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Old 06-07-2005, 10:22 AM   #16
Jimbo99
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Quote:
Originally posted by EliasAlucard
Why do you think? The main issue with converting from Windows to Linux is the software. 90% of the computer users don't know how to compile from source, or what rpm package they should choose, etc. I'm not saying that Linux should be like Windows, but Linux is so far from a standard that it's painful and confusing sometimes.
This is correct.

Actually, Linux must be like Windows because Windows is just like any other operating system.

Look at it this way. The idea that Linux must not be like Windows is a fallacy. There are easy reasons why you can tell those types of statements are wrong.

If it shouldn't be like windows how should it be? Is making it more difficult to install and use the computer better than windows? How does making it harder to install software make it different than Windows? Are there not sufficiently different aspects to Linux that differentiates it from windows to make that comment moot when it comes to end-user installation packages?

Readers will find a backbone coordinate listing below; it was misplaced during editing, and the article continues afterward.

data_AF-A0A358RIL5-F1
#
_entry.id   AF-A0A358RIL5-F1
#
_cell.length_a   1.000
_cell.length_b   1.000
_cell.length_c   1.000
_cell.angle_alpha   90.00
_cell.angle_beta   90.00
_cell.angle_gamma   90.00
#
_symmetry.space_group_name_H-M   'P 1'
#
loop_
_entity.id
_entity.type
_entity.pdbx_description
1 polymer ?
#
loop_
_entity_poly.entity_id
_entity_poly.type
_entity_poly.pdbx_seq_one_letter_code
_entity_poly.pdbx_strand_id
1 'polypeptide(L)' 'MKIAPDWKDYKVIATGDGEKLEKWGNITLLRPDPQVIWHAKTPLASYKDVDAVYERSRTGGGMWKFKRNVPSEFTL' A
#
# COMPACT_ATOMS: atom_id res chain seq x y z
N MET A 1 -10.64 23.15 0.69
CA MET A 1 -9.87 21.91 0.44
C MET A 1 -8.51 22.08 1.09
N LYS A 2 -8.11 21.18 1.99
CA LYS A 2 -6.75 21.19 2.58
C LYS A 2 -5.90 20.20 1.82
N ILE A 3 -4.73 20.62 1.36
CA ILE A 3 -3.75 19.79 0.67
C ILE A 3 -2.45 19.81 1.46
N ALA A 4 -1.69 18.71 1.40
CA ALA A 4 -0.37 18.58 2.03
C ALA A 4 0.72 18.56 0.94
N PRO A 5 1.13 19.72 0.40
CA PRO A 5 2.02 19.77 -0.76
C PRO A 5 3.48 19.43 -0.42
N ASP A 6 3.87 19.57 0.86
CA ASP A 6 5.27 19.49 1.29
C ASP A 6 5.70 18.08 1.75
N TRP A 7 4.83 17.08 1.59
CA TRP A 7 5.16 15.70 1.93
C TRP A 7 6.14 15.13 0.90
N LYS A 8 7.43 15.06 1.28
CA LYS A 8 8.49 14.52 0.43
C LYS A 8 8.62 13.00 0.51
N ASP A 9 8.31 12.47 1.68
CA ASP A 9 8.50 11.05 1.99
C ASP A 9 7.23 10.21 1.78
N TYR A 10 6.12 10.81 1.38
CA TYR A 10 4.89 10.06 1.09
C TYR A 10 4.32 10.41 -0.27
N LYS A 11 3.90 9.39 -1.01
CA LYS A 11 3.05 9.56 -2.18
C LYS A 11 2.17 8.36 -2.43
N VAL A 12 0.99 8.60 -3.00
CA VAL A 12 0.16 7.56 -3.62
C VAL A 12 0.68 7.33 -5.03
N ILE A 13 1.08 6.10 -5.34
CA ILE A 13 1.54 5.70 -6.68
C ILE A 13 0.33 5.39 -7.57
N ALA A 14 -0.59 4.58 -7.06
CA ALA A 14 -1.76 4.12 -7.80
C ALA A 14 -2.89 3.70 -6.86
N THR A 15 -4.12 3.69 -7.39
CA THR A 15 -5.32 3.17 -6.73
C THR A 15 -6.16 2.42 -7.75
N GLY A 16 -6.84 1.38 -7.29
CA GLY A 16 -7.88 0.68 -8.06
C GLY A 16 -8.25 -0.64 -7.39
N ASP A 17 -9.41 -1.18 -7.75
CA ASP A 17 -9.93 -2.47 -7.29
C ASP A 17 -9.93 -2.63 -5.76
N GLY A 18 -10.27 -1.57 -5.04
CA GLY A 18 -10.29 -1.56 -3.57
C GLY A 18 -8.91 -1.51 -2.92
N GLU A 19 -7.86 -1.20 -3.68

What is exactly different about Linux and Windows? Is it the way users use their computers? Is it the hardware that it is being used on? Is it the application concepts?

Does Linux not have a GUI? Does it not use the same hardware? Does it not operate on the same networks? Does it not use the same protocols? Does it not offer the same tools (browsers, word processors, compilers, mail and chat, news, paint, games, the use of a mouse, etc?) Do we not type on the same keyboards, share the same data (documents, mp3s, etc)? Do we not watch movies and adjust our video screens in the same manner as Windows users? Do we not right click on our desktops? Do we not have to install our programs before we use them?

What exactly is different? How exactly does that apply to program installation? Why would making a common packager universal to any/all distros have to be differentiating when all of those other things listed above are common with Windows? Is it Windows that Linux wants to be different from or is it all OSes that linux wants to be different from?